“There’s quite a bit of similarity in how much rural areas will need to deal with aging compared to small towns, large towns and even urban areas,” Brower said.
Growth and contraction
In Minnesota, denser areas are becoming more dense, and sparsely populated areas are becoming denser less quickly or losing population altogether.
Coupled with an aging population, a declining birthrate and migration to urban areas spells workforce shortage for employers across Minnesota, but one that’s expected to be felt especially acutely in parts of Greater Minnesota, which could put a damper on the economy there.
Minnesota’s urban and big town areas are expected to face a labor shortage, too, but have shown a greater ability to attract workers from outside the state — and country.
Jobs and income
Much of the angst surrounding the urban-rural divide has to do with economics. In some ways, there is an economic urban-rural divide and in other ways, not so much.
Country Minnesotans do work in a different industry mix than city Minnesotans. City dwellers are far more likely to work in professional and scientific fields, and financial, insurance and real estate fields than people in Greater Minnesota. Small town and rural-dwellers are more likely to work in natural resources jobs and construction jobs.
People in cities make more money, too: the average full-time, year-round worker in an urban area makes nearly $51,000, more than $10,000 more than people in rural areas, small and big towns.
But they also need more money to live: According to the Minnesota Department of Employment and Economic Development, the cost of living for a two adults and two children is nearly $96,000 in Hennepin County, the most expensive place to live, compared to about $53,000 in Stevens County, the least expensive.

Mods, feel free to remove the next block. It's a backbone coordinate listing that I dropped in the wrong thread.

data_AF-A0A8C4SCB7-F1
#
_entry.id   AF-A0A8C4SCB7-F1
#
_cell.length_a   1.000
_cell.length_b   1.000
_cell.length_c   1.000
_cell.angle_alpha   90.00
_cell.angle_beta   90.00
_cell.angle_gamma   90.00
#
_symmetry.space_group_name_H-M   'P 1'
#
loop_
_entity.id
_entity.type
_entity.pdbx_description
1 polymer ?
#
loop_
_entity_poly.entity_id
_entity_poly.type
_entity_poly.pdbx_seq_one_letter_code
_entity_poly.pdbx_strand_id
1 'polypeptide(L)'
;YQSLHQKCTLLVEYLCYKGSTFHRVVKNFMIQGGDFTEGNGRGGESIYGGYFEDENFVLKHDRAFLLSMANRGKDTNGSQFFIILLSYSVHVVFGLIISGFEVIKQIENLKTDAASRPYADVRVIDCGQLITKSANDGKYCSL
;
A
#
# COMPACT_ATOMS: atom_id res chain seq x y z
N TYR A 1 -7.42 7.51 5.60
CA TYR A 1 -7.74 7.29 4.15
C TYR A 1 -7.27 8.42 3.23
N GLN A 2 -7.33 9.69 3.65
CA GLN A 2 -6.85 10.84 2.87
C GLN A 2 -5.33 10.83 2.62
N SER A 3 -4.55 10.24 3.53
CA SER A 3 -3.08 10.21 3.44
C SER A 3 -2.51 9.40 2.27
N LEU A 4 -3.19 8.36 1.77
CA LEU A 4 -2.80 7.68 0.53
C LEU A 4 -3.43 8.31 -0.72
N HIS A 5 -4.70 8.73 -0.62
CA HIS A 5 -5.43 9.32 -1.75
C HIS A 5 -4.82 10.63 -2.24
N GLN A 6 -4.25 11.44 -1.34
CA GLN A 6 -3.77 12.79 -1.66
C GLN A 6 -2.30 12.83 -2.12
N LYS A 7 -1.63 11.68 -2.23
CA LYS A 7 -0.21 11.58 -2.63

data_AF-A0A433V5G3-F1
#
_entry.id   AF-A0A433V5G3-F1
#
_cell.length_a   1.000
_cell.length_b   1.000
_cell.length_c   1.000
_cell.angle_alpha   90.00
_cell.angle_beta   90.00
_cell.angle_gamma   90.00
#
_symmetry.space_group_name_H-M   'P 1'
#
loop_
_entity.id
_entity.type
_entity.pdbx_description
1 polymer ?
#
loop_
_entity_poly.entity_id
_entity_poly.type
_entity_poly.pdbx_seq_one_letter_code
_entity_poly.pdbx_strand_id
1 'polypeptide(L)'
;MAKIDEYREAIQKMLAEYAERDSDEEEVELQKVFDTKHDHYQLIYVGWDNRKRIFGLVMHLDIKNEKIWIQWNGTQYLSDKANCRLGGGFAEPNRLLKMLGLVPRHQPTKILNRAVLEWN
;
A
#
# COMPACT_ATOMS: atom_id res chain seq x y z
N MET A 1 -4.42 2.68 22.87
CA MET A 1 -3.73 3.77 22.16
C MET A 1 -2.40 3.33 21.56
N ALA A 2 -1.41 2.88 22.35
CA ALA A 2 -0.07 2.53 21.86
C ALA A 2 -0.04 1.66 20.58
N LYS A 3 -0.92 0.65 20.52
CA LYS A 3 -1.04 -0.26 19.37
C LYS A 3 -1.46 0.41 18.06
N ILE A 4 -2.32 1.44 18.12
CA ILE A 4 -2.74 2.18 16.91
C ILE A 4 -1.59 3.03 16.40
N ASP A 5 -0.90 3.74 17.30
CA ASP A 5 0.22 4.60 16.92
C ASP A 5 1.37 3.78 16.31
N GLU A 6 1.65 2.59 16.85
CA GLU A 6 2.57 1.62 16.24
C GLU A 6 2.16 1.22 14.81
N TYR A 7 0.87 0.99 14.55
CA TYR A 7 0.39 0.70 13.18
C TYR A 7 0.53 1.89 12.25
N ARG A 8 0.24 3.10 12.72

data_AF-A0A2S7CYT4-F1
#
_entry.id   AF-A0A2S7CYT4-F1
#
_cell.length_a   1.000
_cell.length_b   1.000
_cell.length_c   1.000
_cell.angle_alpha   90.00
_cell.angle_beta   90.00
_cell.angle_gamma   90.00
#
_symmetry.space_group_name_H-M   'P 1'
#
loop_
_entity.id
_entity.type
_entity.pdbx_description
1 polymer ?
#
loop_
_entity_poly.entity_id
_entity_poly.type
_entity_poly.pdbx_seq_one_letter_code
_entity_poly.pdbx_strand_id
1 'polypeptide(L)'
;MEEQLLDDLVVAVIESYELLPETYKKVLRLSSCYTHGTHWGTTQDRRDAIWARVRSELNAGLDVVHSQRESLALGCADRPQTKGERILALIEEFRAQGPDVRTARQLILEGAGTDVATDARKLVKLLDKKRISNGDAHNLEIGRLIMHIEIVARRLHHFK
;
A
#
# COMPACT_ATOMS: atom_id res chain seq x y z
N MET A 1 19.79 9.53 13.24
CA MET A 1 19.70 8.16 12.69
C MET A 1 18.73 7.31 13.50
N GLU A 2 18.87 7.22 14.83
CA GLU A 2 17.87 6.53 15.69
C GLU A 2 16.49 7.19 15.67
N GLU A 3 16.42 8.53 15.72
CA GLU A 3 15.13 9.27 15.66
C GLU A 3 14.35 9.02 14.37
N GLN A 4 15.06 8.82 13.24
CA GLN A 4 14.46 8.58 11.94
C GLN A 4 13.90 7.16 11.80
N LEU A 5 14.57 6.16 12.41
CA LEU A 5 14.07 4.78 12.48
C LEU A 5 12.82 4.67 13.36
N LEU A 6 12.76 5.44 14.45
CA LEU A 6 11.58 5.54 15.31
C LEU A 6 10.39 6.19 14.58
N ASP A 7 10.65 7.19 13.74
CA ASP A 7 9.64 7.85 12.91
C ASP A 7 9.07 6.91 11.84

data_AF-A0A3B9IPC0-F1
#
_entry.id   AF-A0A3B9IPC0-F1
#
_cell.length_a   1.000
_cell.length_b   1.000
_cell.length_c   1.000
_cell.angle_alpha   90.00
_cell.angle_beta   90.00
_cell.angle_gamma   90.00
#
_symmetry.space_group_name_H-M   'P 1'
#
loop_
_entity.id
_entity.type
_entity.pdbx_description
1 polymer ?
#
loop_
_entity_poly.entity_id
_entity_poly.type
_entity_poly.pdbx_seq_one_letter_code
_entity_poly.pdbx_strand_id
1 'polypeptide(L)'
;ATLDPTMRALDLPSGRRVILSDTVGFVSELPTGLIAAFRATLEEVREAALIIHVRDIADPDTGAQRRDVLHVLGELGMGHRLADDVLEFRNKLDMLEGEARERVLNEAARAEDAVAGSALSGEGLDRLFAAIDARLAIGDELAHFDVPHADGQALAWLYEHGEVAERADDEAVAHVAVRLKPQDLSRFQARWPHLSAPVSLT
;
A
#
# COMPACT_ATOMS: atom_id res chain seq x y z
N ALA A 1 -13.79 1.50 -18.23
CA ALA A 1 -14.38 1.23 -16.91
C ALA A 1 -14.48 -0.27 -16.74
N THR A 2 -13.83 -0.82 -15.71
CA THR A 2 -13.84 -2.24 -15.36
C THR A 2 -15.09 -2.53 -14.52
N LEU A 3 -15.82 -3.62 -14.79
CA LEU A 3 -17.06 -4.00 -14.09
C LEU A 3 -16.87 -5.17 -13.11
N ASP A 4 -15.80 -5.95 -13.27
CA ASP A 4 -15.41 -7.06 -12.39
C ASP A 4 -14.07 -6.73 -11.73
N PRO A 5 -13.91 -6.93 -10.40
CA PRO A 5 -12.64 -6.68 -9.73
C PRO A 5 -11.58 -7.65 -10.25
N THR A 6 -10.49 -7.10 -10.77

All four regions in Minnesota have relatively low poverty rates — 2 percent in urban areas, 4 percent in small and big towns and 5 percent in rural areas for full-time workers — but the differences between them are striking, with people in rural areas more likely to be living in poverty despite working.
“We found that rural, small town, and large town residents who work a full-time schedule are two or more times more likely to live in poverty than urban residents who do so,” the State Demographic Center report notes. Part-time workers were more likely to be in poverty in urban areas than in other parts of the state.
While some parts of Greater Minnesota tended to take longer to recover from the Great Recession, unemployment rates are currently low throughout most of the state — even lower in some non-metro areas than in the Twin Cities themselves.
Race and immigration
Certainly, Minnesota’s rural areas are more white on average than its urban areas.
“If you’re looking at the composition of the population, you see largely white, non-Hispanic populations in rural and small-town Minnesota. That’s less true of large towns and urban centers,” Brower said.
It also has fewer immigrants.
But the share of nonwhite and foreign-born Minnesotans living outside the metro is changing, particularly in regional centers and agricultural areas where immigrants have moved for work.
A matter of perception
Jobs and income, age, race and place of birth: these are some of the ways rural and urban Minnesotans differ, at least in ways we can easily measure. But that’s often not the heart of the matter.